High-income earners will pay substantially more tax in the 2017/18 tax year with the introduction in the Budget of a new tax bracket for people who earn over R1.5 million a year.
These individuals, whom National Treasury estimates to number just over 103 000, or about 1.4 percent of registered taxpayers, will be subject to a marginal rate of 45 percent, compared with the current top rate of 41 percent.
Income tax rates for people who earn less than R1.5 million a year will be affected only moderately by the Budget, and it is essentially a result of fiscal drag – the tax brackets lag the inflation rate.
The income levels on each bracket have been increased by one percent, although the rates associated with each bracket remain the same. This means that taxpayers in these brackets will pay slightly less tax if their income has remained the same, but will pay slightly more as a portion of their income if their income has increased by, for example, the inflation rate of between six and seven percent.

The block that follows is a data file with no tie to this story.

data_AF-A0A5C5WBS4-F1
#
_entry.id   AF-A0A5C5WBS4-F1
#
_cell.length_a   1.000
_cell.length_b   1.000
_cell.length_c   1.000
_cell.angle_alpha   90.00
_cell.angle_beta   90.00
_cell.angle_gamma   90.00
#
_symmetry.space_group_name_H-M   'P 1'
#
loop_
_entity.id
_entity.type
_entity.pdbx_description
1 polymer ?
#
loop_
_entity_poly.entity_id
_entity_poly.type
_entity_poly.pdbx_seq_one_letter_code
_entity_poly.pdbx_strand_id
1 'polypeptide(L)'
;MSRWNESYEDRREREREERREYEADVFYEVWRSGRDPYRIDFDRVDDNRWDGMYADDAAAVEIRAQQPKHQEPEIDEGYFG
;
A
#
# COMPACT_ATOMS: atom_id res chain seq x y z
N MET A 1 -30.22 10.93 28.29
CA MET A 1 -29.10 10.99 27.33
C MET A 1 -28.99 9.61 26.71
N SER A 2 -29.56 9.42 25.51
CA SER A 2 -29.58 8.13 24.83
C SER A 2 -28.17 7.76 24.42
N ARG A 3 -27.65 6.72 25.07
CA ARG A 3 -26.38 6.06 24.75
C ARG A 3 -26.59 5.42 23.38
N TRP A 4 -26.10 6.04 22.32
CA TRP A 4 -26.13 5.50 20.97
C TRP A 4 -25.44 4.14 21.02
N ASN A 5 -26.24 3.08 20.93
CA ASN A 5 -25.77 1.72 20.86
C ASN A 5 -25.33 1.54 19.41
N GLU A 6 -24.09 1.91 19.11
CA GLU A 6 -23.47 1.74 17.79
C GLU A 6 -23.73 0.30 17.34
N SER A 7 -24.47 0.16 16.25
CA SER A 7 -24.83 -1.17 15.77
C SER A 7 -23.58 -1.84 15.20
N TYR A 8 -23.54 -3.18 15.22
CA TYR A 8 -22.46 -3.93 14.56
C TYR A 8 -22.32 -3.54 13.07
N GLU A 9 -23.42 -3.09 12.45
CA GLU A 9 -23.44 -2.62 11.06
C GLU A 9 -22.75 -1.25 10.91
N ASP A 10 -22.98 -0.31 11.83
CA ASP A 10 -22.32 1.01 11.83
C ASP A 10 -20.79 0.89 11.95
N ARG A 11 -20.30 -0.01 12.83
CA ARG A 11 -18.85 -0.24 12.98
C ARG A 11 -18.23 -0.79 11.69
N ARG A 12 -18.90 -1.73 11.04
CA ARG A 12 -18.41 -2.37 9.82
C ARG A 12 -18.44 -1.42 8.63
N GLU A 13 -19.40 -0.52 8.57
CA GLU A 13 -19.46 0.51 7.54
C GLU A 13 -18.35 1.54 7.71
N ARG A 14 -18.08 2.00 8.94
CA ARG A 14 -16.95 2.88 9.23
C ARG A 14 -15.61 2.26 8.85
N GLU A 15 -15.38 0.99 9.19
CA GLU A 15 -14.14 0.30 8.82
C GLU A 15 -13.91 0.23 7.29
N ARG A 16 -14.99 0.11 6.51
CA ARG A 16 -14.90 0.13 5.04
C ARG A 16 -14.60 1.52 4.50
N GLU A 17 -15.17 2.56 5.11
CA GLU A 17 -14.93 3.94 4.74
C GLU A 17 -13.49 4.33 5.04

Also increasing by only one percent, instead of keeping pace with inflation, are the primary, secondary and tertiary rebates, increased to R13 635 (from R13 500), R7 479 (from R7 407) and R2 493 (from R2 466) respectively. This means that even pensioners, to whom the secondary (for people aged 65 and over) and tertiary (for those aged 75 and over) rebates apply, will pay more in real terms if their pensions are inflation-linked.
The tax thresholds, below which individuals do not pay income tax, will increase by one percent to R75 750 (from R75 000) for taxpayers under 65, R117 300 (from R116 150) for taxpayers aged between 65 and 75, and R131 150 (from R129 850) for taxpayers aged 75 and over.
In a press conference at Parliament before his Budget speech, Finance Minister Pravin Gordhan said government, with its focus on transformation and inclusive growth, believes in a progressive tax system (the rich are taxed more heavily than the poor), which is crucial to a more equitable distribution of wealth.
Without this transfer of resources, admittedly off a low base, he said, there would not be stability. There are risks involved in taxing high earners more heavily, such as these individuals finding ways to avoid paying tax, but this is a challenge faced by many countries, not just